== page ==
Producer to Owner
Two architects worked for 15 years designing multi-unit residential properties for multi-million dollar architectural firms. Motivated by the Great Recession, they decided to strike out on their own, leveraging excellent experience in design, client relationships, zoning, building codes and construction contractors.
They were the classic entrepreneur-producers, who thoroughly understood their product and their customer – and who had never run a business.
- Cultural norms were developed. “I” became the pronoun used when speaking of effort, responsibility, and pride in quality work. “We” was the pronoun to use when speaking of design and product.
- A Specific Client focus. The owners decided that budget-driven complex projects best leveraged the firm’s differentiating expertise, and altered hiring specifications accordingly.
- Staff transformed into a TEAM. Rather than being extensions of the owners to produce more work, skills within the office were systematically recognized, leveraged, and celebrated to enhance the Team’s performance. By extension, this included a recognition of when staff changes needed to be made – and having the courage to do so promptly.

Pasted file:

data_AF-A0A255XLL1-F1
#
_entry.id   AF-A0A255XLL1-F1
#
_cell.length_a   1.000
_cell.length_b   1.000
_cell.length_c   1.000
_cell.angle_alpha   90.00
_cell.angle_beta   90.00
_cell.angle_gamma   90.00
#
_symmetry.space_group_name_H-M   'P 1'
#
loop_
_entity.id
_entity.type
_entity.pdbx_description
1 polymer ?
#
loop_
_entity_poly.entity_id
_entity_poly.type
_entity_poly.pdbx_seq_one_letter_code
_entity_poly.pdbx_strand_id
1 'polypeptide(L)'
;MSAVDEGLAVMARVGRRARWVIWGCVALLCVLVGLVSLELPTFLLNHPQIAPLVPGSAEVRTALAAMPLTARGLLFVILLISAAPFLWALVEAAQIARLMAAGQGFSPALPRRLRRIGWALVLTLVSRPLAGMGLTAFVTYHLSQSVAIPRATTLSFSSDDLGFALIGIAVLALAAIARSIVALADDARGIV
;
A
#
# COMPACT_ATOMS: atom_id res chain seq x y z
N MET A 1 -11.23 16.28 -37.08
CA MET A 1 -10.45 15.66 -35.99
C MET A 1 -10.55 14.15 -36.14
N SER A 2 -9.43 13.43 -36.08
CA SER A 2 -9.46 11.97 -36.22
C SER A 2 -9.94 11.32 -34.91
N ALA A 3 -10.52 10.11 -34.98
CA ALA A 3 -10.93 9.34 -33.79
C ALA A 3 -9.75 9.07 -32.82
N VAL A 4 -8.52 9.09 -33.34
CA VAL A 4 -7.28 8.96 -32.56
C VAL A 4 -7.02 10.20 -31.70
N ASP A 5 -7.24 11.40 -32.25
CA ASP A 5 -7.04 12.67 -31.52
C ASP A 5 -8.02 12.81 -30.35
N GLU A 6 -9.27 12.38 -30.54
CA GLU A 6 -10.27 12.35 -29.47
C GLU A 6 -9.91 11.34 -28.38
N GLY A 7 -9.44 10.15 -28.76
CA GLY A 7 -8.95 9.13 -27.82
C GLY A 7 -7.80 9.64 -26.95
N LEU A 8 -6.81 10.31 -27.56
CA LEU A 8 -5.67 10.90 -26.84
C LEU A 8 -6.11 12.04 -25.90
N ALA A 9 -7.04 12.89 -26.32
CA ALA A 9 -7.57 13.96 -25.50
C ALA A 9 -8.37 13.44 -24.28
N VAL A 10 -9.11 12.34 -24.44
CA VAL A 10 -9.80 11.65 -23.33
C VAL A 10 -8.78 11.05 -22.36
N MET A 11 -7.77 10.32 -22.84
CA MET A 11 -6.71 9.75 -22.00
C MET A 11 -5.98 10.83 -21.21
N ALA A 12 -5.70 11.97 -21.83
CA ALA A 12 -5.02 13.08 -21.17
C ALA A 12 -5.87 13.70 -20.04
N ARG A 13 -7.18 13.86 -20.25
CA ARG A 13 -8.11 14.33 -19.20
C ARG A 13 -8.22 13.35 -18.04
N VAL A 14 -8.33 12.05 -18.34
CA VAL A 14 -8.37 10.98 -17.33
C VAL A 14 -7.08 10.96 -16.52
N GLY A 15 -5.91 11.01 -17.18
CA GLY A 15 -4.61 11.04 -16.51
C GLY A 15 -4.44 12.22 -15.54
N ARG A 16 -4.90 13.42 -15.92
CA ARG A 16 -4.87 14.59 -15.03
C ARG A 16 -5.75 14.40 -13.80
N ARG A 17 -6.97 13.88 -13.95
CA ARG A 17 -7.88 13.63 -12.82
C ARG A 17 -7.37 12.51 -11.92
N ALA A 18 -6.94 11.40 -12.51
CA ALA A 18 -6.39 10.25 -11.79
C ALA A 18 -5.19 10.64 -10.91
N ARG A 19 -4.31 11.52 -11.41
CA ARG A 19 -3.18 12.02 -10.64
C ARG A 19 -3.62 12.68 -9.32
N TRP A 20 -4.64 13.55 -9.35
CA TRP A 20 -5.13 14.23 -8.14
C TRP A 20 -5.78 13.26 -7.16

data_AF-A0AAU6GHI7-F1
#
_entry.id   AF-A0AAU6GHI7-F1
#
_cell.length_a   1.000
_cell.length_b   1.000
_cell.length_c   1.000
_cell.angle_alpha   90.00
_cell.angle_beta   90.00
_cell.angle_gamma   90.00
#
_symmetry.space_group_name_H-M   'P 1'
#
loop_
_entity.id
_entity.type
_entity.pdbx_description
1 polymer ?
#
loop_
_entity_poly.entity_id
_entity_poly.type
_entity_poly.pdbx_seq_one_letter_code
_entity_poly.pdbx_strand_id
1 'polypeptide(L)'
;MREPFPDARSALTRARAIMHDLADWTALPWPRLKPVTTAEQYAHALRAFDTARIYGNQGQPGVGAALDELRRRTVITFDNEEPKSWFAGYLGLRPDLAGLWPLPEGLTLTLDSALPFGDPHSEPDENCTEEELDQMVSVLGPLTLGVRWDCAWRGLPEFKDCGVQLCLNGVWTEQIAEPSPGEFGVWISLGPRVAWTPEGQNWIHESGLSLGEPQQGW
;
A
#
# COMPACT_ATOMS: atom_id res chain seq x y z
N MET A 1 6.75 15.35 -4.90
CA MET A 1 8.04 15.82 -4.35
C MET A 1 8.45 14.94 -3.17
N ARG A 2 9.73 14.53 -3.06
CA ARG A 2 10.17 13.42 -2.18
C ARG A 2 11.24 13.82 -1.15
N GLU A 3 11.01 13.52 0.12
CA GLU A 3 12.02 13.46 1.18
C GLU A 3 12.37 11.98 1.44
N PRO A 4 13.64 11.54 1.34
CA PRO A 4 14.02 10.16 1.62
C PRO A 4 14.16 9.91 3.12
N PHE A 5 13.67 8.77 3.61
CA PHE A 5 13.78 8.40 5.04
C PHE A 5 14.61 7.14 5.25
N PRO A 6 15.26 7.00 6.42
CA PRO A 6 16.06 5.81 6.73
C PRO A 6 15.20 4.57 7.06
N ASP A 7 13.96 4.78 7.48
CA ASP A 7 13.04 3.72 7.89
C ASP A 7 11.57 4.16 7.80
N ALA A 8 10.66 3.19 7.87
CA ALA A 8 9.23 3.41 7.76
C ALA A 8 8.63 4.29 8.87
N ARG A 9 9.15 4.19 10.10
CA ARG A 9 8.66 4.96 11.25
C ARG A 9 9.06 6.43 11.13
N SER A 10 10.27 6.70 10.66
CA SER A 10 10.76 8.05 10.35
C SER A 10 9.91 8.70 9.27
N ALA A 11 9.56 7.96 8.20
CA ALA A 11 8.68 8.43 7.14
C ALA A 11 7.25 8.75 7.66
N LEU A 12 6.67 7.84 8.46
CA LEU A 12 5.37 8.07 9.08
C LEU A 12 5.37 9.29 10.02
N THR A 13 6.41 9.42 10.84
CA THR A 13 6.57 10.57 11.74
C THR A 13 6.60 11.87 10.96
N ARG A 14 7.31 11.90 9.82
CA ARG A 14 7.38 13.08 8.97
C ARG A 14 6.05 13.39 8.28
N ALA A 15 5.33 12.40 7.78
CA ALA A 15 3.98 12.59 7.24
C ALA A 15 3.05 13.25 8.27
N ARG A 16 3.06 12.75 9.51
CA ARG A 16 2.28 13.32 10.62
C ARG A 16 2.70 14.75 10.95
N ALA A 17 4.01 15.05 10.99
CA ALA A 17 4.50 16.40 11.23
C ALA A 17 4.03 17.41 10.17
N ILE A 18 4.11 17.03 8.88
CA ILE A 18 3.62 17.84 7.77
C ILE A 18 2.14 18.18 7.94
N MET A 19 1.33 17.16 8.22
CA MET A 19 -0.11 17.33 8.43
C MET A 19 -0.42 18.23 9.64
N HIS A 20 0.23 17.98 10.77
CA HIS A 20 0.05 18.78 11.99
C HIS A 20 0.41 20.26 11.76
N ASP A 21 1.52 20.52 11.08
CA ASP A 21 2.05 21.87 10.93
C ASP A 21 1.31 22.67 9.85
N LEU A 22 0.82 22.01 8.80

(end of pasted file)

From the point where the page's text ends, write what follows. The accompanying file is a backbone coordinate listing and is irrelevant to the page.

- Developed an understanding that protecting the business is the highest priority. It is the business, after all, that provides for the owner’s families, the Team’s families, and that provides value-added services to clients which enhance their lives, businesses, and properties.
- A niche was identified. KOA now serves budget-driven clients with larger-scale projects, further differentiating the firm and its unique value proposition.
The two owners met once a month in private meetings in which a specific business issue was tackled. As specific issues were resolved, the business developed momentum bringing in new clients and new types of business. With each iteration, it became increasingly easy to solve new problems as the owners built a corporate culture that differentiated what mattered to their clients (“signal”) from what was distracting and not helping build business (“noise”).